One week ago today was a day set aside to remember those who are suffering from an invisible enemy known as post traumatic stress disorder, which is better known as PTSD.
When one thinks of PTSD, the automatic response is to relate it to those who have served in the military, especially those who have seen action.
While PTSD definitely is evident among those who have served, it is not limited to one group. In fact, any traumatic event in life, such as a car crash or a tragic death, can lead to the horrors one experiences as a result of PTSD.
While diagnosing PTSD is a challenge, those in the military often make it even more challenging, because they have been trained to believe they are tough enough to handle it or their admission to having PTSD is some sort of weakness.
When I think of weakness, the face I see never wears a military uniform, especially that of a member of the United States Marine Corps.
They are, in my mind, some of the most mentally and physically strong people I have ever met.
So, to have a Marine sit down face to face with me and admit he is facing PTSD not only demonstrates strength, but it also exhibits the kind of example for others to follow.
This past Friday, Marty Caraway sat across his desk in the Redwood County Veterans Service Office and told me about the issues he has been facing as he accepts his PTSD diagnosis and gets the help he needs to live with it.
Marty, who has been face to face with other veterans over the years who are dealing with PTSD, explained it as a psychological ailment that short circuits the fight or flight switch creating within those suffering from PTSD a natural reaction to fight regardless of the circumstance.
Caraway said those who suffer from PTSD can experience highs and lows and at times may look like someone facing a bipolar disorder, adding things like anxiety and depression can be coupled with those who seem to constantly be on the move doing things and giving one the impression nothing is wrong.
“PTSD is a chemical response in the brain, and if it is not addressed it can slowly consume you,” said Caraway, adding he has let it consume him for a very long time.
While he knows there are some who have been able to manage it, others show the signs through their actions, be it avoidance and distance from family and friends or turning to alcohol and/or drugs.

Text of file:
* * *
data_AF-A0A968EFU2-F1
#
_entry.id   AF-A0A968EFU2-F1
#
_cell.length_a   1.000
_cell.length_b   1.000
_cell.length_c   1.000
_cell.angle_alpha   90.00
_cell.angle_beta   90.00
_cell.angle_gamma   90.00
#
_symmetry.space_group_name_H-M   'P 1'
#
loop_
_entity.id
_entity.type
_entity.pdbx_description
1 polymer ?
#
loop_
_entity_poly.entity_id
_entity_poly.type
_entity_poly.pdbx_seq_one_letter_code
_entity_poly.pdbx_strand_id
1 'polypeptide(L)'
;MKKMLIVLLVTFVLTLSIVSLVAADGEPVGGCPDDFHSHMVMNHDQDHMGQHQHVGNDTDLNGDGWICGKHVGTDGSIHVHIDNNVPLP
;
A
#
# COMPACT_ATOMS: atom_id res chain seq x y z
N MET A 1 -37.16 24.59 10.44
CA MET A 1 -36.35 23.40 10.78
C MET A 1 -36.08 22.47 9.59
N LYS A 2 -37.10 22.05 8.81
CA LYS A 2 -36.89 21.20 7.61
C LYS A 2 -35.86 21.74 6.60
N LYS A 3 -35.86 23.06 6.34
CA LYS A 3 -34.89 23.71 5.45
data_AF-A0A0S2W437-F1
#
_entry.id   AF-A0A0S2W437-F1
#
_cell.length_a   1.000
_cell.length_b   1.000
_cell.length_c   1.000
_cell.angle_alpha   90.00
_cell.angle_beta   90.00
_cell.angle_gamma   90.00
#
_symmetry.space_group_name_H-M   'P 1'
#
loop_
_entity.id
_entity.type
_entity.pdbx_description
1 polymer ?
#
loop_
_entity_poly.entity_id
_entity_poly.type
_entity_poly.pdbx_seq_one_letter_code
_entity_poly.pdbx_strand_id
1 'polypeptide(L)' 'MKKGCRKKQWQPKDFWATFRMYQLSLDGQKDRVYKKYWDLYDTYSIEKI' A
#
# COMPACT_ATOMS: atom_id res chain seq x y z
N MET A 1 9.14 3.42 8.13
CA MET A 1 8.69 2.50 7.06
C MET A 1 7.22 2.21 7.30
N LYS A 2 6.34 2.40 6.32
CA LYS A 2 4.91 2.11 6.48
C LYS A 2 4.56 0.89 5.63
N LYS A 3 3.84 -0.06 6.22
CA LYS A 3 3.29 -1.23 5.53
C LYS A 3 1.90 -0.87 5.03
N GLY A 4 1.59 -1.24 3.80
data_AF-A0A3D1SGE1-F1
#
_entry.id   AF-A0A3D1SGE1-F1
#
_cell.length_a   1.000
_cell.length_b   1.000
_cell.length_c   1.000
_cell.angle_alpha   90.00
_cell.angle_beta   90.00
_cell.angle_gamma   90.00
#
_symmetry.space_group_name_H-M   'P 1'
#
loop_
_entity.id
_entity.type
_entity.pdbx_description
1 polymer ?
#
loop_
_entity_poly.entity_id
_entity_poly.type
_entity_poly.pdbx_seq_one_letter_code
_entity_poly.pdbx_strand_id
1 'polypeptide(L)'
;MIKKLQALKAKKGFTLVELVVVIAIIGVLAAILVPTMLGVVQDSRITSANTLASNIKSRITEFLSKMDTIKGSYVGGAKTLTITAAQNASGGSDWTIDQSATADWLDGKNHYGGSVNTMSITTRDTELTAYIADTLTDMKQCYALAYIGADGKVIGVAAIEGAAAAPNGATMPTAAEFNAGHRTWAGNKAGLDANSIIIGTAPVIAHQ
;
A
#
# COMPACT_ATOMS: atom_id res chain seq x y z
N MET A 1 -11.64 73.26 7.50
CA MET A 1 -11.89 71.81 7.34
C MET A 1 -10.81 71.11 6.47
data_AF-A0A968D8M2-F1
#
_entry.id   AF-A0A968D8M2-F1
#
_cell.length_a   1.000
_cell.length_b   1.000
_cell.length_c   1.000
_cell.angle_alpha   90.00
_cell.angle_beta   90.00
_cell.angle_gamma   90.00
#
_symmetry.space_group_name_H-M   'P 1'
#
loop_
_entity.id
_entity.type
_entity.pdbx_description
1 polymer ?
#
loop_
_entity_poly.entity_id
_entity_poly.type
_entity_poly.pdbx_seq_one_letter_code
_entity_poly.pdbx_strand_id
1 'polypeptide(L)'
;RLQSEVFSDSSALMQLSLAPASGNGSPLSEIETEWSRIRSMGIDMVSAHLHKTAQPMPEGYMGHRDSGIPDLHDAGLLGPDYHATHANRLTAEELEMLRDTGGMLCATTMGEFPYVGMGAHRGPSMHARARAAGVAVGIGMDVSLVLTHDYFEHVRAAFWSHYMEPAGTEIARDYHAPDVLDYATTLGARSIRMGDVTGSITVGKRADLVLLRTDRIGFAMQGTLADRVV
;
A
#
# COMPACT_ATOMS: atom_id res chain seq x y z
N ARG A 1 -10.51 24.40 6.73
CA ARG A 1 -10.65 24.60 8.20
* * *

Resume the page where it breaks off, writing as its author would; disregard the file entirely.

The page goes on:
Marty admitted he had turned to alcohol, and he believed that was seemingly curing the anxiety he would face, but, he added, it also brought out his depression.
Page 2 of 3 - Yes, he said, it can and often does become a vicious cycle.
While not going into any specifics, Marty said he recently hit rock bottom and knew there was no way he was going to get better without help.
It is in getting that help, he added, that he is going to be a better husband, father, friend and advocate for other veterans in the future.
“Things can get better if you allow someone to help,” he said, adding those who get that help can become even more productive citizens.
Marty said he has sought out and is going to be getting that help for himself.
What that means is Marty is going to be gone to the VA to get that help, and as a result he is not going to be in the office while he is getting that treatment. He stressed the fact that even though he is going to be gone that does not mean the veterans service office is going to be closed.
Luke Johnson, who works for the state department of veterans affairs is going to be available for veterans, Marty said, and be-tween Luke and Tammy Blaine, who also works in the office, things are going to be just fine. Veterans are still going to get the services they need.
Marty said when one enters the military they are taught to focus on the mission at hand, and to continue that focus until the mission is over. The problem is when their time of service is over most veterans do not learn to “reprogram” themselves to a lifestyle that does not focus all of life on the mission.
Marty said when one’s military career ends training is offered in a variety of areas, whether it is in finding a job or enrolling in college, but, he added, no one really tells you how to adjust to a life that allows you to see a pile of garbage along the road and not automatically assume there is some sort of IED placed in that material.
Marty said he made his role as one helping veterans his mission, adding as a result other parts of his life would often suffer.
He knows there has to be a balance, and he believes the treatment he is going to receive should help him find ways to create that balance in life.
Marty said he is fully confident in what the VA is going to provide for him, adding he also realizes the PTSD he currently faces is not just going to go away.
“This is something I am going to have to face for the rest of my life,” he said. “It is not going to go away. It is who I am forever.”
Page 3 of 3 - What he needs to do, he said, is what he encourages others facing PTSD to do – focus on getting better so he can do everything else in his life better.
“I need to break the fog of war,” he said.
While Marty may not be in the office as often as he has been, he is confident after he has received this treatment he is going to be back in Redwood County fully prepared to do his job even better than he has in the past.
“Because I have done it, I believe I am going to be able to help more people,” he said.
It takes the courage of a Marine to admit publicly this kind of life challenge, and I want to personally thank Marty, someone I consider to be a friend, for helping the rest of us to see what PTSD is.
I have always had a lot of respect for the work Marty has done for the area’s veterans, and that level of respect increased ex-ponentially because of his transparency.
I encourage you to keep Marty and other veterans in your thoughts and prayers as they face this challenge. It truly is the least we can do.